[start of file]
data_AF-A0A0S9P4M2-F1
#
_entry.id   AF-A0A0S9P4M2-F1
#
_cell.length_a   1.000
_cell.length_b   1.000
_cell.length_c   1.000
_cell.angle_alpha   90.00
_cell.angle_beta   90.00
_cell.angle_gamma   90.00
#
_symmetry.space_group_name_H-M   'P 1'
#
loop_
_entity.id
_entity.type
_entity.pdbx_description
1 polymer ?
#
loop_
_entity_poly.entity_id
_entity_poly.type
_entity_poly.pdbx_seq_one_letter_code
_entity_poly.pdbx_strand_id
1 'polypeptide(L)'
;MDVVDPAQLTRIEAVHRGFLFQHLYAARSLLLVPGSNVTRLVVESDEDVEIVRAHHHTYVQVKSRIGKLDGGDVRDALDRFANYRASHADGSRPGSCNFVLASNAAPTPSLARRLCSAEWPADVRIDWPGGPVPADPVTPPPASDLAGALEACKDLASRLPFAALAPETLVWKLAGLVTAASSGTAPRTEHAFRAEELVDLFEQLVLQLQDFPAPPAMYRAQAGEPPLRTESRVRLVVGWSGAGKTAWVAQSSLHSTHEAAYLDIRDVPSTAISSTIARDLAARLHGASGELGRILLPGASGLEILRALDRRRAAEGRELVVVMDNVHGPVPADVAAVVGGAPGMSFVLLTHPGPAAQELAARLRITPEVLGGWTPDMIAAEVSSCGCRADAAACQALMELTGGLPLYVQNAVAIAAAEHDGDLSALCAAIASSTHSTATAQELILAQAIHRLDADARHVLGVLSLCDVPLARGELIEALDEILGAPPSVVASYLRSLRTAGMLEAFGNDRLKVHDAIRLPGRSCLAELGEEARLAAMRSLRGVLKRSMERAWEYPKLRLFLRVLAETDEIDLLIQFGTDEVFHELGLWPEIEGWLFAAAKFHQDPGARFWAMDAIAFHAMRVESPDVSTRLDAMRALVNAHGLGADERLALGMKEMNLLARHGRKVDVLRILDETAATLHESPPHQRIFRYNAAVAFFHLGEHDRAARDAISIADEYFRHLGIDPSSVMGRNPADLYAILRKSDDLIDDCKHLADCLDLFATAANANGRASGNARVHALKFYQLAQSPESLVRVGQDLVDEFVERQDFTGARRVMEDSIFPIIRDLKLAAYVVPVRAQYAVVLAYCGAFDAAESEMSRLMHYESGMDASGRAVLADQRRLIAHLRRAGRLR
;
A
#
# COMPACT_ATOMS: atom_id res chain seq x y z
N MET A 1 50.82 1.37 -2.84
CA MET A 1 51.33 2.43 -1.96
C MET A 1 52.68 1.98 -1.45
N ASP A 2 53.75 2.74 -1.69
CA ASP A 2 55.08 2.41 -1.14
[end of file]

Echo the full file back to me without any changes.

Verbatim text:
data_AF-A0A0S9P4M2-F1
#
_entry.id   AF-A0A0S9P4M2-F1
#
_cell.length_a   1.000
_cell.length_b   1.000
_cell.length_c   1.000
_cell.angle_alpha   90.00
_cell.angle_beta   90.00
_cell.angle_gamma   90.00
#
_symmetry.space_group_name_H-M   'P 1'
#
loop_
_entity.id
_entity.type
_entity.pdbx_description
1 polymer ?
#
loop_
_entity_poly.entity_id
_entity_poly.type
_entity_poly.pdbx_seq_one_letter_code
_entity_poly.pdbx_strand_id
1 'polypeptide(L)'
;MDVVDPAQLTRIEAVHRGFLFQHLYAARSLLLVPGSNVTRLVVESDEDVEIVRAHHHTYVQVKSRIGKLDGGDVRDALDRFANYRASHADGSRPGSCNFVLASNAAPTPSLARRLCSAEWPADVRIDWPGGPVPADPVTPPPASDLAGALEACKDLASRLPFAALAPETLVWKLAGLVTAASSGTAPRTEHAFRAEELVDLFEQLVLQLQDFPAPPAMYRAQAGEPPLRTESRVRLVVGWSGAGKTAWVAQSSLHSTHEAAYLDIRDVPSTAISSTIARDLAARLHGASGELGRILLPGASGLEILRALDRRRAAEGRELVVVMDNVHGPVPADVAAVVGGAPGMSFVLLTHPGPAAQELAARLRITPEVLGGWTPDMIAAEVSSCGCRADAAACQALMELTGGLPLYVQNAVAIAAAEHDGDLSALCAAIASSTHSTATAQELILAQAIHRLDADARHVLGVLSLCDVPLARGELIEALDEILGAPPSVVASYLRSLRTAGMLEAFGNDRLKVHDAIRLPGRSCLAELGEEARLAAMRSLRGVLKRSMERAWEYPKLRLFLRVLAETDEIDLLIQFGTDEVFHELGLWPEIEGWLFAAAKFHQDPGARFWAMDAIAFHAMRVESPDVSTRLDAMRALVNAHGLGADERLALGMKEMNLLARHGRKVDVLRILDETAATLHESPPHQRIFRYNAAVAFFHLGEHDRAARDAISIADEYFRHLGIDPSSVMGRNPADLYAILRKSDDLIDDCKHLADCLDLFATAANANGRASGNARVHALKFYQLAQSPESLVRVGQDLVDEFVERQDFTGARRVMEDSIFPIIRDLKLAAYVVPVRAQYAVVLAYCGAFDAAESEMSRLMHYESGMDASGRAVLADQRRLIAHLRRAGRLR
;
A
#
# COMPACT_ATOMS: atom_id res chain seq x y z
N MET A 1 50.82 1.37 -2.84
CA MET A 1 51.33 2.43 -1.96
C MET A 1 52.68 1.98 -1.45
N ASP A 2 53.75 2.74 -1.69
CA ASP A 2 55.08 2.41 -1.14